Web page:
Hunter Liggett

From Wikipedia, the free encyclopedia
Jump to: navigation, search
Hunter Liggett
Hunter Liggett.jpg
Liggett as a brigadier general.
Born (1857-03-21)March 21, 1857
Reading, Pennsylvania
Died December 30, 1935(1935-12-30) (aged 78)
San Francisco, California
Place of burial San Francisco National Cemetery
Allegiance  United States of America
Service/branch  United States Army
Years of service 1879–1921
Rank US-O9 insignia.svg Lieutenant General
Unit USA - Army Infantry Insignia.png Infantry Branch
Commands held Philippine Department
41st Infantry Division
I Corps
First Army
Third Army
Battles/wars Indian Wars
Spanish–American War
Philippine–American War
World War I
Awards Distinguished Service Medal
Croix de Guerre (France)
Légion d'honneur (France)

Hunter Liggett (March 21, 1857 – December 30, 1935) was a senior United States Army officer. His 42 years of service spanned the period from the Indian campaigns to trench warfare of World War I.

Early life[edit]

Liggett was born March 21, 1857 in Reading, Pennsylvania.[1] After his graduation from West Point as a second lieutenant in 1879, he was assigned to the 5th Infantry, where he served in both the Montana and Dakota territories, as well as Texas and Florida, during which time he reached the rank of Captain.[2]

His field service in the American west, the Spanish–American War, and the Philippine–American War honed his skills as a military leader.

In 1907, he assumed command of a battalion of the 13th Infantry Regiment at Fort Leavenworth, Kansas. From 1909 to 1914, he served as student, faculty member, and president at the Army War College, receiving a promotion to brigadier general in February 1913.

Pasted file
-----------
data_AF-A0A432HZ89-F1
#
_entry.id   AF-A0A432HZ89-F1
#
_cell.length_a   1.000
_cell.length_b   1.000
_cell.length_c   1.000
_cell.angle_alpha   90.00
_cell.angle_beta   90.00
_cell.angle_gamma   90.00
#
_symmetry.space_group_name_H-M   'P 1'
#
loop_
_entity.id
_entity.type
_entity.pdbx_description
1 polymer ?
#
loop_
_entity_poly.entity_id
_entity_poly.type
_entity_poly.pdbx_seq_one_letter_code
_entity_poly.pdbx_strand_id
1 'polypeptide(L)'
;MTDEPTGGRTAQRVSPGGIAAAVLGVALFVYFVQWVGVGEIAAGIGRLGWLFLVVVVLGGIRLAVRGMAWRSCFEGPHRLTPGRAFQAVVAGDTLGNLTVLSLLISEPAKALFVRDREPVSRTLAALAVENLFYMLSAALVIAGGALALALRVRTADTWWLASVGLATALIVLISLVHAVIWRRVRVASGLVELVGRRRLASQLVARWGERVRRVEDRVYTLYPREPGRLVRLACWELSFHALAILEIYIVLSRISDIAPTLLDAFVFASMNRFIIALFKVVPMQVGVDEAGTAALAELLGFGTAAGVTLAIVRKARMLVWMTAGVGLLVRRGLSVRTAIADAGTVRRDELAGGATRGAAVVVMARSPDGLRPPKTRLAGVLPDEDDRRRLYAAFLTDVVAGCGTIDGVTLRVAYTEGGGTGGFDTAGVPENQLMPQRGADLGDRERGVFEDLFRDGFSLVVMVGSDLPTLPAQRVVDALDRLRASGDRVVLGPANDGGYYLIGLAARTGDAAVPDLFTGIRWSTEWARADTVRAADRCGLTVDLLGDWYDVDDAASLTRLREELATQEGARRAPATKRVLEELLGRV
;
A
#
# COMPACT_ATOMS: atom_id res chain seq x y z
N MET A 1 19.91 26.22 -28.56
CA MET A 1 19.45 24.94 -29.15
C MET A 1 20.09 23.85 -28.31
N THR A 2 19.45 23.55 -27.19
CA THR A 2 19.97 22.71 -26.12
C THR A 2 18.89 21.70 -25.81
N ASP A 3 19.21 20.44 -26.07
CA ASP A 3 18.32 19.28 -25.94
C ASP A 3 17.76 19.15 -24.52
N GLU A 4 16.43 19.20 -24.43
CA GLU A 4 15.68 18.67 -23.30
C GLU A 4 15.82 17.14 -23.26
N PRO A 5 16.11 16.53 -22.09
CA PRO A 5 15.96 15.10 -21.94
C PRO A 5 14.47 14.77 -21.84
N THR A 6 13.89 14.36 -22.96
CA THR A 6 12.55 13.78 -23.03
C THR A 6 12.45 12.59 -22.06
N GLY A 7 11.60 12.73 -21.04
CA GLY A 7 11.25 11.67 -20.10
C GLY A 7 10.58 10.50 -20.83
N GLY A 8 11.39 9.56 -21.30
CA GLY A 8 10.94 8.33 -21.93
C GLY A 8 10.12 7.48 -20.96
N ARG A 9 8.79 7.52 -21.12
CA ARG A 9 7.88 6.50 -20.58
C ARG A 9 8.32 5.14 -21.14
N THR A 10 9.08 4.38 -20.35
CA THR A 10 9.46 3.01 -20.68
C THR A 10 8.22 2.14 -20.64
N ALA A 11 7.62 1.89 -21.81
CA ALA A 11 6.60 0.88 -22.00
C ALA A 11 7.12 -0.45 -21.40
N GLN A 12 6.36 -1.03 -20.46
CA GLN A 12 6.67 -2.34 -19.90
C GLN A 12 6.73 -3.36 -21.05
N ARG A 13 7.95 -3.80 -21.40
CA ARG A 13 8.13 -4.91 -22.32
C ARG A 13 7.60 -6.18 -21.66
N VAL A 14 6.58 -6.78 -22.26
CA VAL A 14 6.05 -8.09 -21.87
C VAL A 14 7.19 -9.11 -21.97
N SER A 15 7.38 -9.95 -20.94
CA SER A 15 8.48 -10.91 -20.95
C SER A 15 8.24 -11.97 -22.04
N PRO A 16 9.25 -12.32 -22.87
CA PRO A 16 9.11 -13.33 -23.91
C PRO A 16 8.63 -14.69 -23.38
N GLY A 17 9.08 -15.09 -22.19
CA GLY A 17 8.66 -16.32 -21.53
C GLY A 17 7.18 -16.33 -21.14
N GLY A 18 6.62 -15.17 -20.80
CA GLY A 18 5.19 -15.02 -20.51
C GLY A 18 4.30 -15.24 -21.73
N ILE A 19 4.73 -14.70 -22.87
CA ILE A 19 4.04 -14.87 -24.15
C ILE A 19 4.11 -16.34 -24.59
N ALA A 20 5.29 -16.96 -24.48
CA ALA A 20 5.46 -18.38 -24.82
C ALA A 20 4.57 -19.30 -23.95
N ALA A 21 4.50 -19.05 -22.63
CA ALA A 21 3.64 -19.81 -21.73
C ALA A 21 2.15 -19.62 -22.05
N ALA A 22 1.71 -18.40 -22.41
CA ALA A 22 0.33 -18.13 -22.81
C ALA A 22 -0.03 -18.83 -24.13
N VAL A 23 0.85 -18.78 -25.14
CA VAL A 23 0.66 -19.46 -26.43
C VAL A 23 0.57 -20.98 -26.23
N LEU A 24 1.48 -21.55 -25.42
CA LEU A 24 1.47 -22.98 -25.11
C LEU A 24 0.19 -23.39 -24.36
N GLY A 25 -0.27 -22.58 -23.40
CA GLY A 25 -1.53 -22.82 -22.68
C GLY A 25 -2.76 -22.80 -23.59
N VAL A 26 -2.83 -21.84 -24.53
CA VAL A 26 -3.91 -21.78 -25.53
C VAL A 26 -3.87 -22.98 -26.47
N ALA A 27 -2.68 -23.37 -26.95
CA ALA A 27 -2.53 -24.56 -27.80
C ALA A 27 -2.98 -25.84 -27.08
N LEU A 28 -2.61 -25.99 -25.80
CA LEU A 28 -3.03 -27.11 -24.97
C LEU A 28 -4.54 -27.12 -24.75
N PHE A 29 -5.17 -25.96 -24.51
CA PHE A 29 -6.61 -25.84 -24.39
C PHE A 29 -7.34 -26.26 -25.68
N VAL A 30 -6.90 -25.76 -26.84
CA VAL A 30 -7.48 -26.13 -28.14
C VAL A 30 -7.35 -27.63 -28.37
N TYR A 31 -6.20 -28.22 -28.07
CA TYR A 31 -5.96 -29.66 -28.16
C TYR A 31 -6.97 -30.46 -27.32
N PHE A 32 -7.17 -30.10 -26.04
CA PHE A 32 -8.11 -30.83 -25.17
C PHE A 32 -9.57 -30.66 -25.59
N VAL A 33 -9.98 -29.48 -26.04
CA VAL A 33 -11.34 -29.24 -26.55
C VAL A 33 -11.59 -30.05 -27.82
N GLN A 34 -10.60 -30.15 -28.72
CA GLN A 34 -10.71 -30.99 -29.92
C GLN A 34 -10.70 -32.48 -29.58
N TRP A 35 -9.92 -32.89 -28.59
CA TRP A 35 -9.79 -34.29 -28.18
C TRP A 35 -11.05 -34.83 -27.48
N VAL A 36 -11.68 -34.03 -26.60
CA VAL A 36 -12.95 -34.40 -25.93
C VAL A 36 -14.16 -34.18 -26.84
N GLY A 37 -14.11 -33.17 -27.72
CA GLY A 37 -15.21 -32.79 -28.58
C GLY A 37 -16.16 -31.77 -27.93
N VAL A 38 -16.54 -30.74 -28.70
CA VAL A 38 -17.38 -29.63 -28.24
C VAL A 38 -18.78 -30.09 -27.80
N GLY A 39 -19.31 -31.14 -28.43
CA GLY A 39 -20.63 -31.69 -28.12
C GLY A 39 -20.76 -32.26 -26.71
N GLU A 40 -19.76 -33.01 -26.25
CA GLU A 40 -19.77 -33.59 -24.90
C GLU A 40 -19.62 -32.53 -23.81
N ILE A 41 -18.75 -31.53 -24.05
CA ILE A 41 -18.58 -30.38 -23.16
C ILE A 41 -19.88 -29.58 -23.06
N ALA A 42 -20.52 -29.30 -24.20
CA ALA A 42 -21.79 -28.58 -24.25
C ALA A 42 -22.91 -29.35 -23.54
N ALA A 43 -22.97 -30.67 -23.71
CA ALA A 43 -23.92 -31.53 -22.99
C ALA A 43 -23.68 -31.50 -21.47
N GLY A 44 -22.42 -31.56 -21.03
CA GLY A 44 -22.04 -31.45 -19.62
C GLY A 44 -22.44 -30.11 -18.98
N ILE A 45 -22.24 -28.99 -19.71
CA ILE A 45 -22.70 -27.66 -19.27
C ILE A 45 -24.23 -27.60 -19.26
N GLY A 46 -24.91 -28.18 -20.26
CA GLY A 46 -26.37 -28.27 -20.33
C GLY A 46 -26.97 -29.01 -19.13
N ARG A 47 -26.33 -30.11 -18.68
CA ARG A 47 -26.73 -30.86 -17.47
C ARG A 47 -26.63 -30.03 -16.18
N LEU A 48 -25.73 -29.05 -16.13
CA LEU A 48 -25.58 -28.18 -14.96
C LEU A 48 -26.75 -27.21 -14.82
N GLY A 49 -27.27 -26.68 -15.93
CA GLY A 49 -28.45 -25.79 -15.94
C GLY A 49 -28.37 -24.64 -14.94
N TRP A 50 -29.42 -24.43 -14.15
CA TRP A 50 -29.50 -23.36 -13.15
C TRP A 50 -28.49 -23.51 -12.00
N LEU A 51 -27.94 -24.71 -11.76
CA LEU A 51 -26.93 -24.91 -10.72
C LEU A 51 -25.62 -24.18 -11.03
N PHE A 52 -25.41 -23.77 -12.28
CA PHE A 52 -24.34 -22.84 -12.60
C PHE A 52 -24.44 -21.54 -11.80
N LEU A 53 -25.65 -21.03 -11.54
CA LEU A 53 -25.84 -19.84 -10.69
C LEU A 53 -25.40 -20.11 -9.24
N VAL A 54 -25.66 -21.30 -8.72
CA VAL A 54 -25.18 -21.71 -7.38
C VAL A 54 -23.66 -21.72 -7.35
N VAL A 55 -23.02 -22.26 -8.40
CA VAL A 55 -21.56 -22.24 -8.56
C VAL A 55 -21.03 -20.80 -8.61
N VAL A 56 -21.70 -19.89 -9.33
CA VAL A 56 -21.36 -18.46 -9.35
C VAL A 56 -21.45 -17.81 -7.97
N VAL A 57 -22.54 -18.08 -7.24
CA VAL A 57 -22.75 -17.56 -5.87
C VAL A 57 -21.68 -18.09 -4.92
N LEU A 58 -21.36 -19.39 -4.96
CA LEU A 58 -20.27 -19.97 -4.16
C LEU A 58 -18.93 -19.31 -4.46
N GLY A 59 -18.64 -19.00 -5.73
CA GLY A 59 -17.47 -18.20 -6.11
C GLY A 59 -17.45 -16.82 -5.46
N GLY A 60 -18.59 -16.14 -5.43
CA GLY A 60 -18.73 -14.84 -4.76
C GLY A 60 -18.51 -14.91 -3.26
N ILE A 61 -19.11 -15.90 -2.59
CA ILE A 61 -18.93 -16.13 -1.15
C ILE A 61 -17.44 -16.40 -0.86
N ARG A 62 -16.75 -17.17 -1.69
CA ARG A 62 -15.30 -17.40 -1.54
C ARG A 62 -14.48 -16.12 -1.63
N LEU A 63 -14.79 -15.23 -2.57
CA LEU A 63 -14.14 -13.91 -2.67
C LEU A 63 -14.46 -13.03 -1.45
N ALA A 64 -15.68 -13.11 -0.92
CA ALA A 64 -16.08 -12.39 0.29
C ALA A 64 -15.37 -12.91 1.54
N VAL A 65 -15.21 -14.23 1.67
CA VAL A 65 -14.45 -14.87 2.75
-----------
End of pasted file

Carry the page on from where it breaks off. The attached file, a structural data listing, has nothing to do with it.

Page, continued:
Liggett's services in the Philippines included setting up a staff ride in 1914 to study possible invasion sites on Luzon. He was assisted in this by his aide de camp, Captain George Marshall. The staff ride established that the most likely invasion route would be through the Lingayen Gulf and that this would be all but unstoppable unless the US dramatically increased its Army and Navy forces in the Philippines. In 1941, the Japanese invaded through the Lingayen Gulf, as the US did in turn in 1945.

First World War[edit]

Success in brigade commands in Texas and in the Philippines led to his promotion to major general, and selection as commander of the 41st Division in April 1917. The division served in France as part of the American Expeditionary Force. When his division was disestablished, he took command of I Corps.[3]

Under Liggett's leadership, the I Corps participated in the Second Battle of the Marne and in the reduction of the Saint-Mihiel salient. In October 1918, as commander of the US First Army, he directed the final phases of the Meuse-Argonne offensive and the pursuit of German forces until the armistice.

Retirement and death[edit]

After commanding the U.S. Third Army, also known as the Army of Occupation, on the Rhein bridgeheads, Hunter Liggett retired in 1921. Congress promoted him to permanent lieutenant general in 1930.[4] He died December 30, 1935 in San Francisco, California and is interred at the San Francisco National Cemetery, San Francisco, California.[5] His grave can be found in the officers section 3, plot 1.[5]

Honors and awards[edit]

Military honors[edit]

American awards
Army Distinguished Service Medal
Indian Campaign Medal
Spanish War Service Medal
Philippine Campaign Medal
World War I Victory Medal
Army of Occupation of Germany Medal
Foreign awards
CroixdeGuerreFR-BronzePalm.png Croix de Guerre with palm (France)